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Novel Experimental Surgical Strategy to Prevent Traumatic Neuroma Formation by Combining a 3D-printed Y-tube with an Autograft
Anne Bolleboom, BSc1; Godard C.W. de Ruiter, MD2; J Henk Coert, MD, PhD3; Bastiaan Tuk, None1; Joan C. Holstege, PhD1; Johan W. van Neck, PhD4; (1)Erasmus University Medical Center, Rotterdam, Netherlands, (2)Neurosurgery, Medical Center Haaglanden, The Hague, Netherlands, (3)University Medical center Utrecht, Utrecht, Netherlands, (4)Plastic-, Reconstructive- and Hand surgery, Erasmus Medical University Center / St. Franciscus Gasthuis, Rotterdam, Netherlands

Object. Traumatic neuromas may develop following nerve injury at the proximal nerve stump, which can lead to neuropathic pain. These neuromas are often therapy resistant and excision of the neuroma frequently leads to recurrence. In this study we present a novel surgical strategy to prevent neuroma formation based on the principle of the centro-central anastomosis (CCA), but instead of directly connecting the nerve ends to an autograft a loop was created using a three-dimensional (3D) printed polyethylene Y-shaped conduit with an autograft in the distal outlets.

Methods. The 3D printed Y-tube with autograft was investigated in the rat sciatic nerve transection model in which the Y-tube was placed on the proximal sciatic nerve stump and a peroneal graft was placed between the distal outlets of the Y-tube to form a closed loop. This model was compared to a centro-central anastomosis model, in which a loop was created between the proximal tibial and peroneal nerve with a peroneal autograft. Additional control groups consisted of the closed Y-tube and the extended arm Y-tube. Results were analyzed after 12 weeks survival with nerve morphometry for the occurrence of neuroma formation and axonal regeneration in plastic semi-thin sections.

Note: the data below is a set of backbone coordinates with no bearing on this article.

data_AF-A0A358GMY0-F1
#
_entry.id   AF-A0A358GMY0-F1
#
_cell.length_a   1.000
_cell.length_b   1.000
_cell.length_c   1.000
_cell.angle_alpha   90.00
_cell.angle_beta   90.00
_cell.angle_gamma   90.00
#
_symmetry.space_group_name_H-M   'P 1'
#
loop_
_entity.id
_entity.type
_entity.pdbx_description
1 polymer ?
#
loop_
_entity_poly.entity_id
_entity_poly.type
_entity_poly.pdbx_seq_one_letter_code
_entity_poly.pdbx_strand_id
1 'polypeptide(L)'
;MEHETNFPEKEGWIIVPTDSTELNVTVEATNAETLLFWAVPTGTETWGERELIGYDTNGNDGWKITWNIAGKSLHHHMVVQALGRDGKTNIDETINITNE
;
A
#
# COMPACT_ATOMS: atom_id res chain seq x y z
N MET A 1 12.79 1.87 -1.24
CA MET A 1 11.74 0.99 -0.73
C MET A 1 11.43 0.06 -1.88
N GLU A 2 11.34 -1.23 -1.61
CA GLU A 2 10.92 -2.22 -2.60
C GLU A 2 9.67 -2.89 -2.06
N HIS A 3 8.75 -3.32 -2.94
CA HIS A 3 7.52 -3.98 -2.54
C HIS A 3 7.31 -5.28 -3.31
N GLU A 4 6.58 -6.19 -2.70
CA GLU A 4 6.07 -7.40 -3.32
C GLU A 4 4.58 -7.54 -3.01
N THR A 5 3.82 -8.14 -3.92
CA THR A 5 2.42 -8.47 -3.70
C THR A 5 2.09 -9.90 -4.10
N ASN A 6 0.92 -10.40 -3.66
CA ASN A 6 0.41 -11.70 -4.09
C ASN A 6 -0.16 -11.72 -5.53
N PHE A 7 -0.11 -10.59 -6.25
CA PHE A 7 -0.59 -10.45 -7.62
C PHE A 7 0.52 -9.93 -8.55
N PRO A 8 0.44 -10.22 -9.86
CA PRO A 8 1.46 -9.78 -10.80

Results. Among the different surgical groups, the Y-tube with interposed autograft was the only model that did not result in neuroma formation after 12 weeks survival. In addition, a 13% reduction in the number of myelinated axons regenerating through the interposed autograft was observed in the Y-tube with autograft model. In the centro-central anastomosis model we also observed a decrease of 17% in the number of myelinated axons, but in this model neuroma formation was still present. The closed Y-tube resulted in minimal nerve regeneration inside the tube together with extensive neuroma formation before the entrance of the tube. The extended arm Y-tube model clearly showed that the majority of the regenerating axons merged into the Y-tube arm, which was connected to the autograft, leaving the extended plastic arm almost empty.

Conclusions. This pilot study shows that our novel 3D printed Y-tube model with interposed autograft prevents neuroma formation, making this a promising surgical tool for the management of traumatic neuromas.


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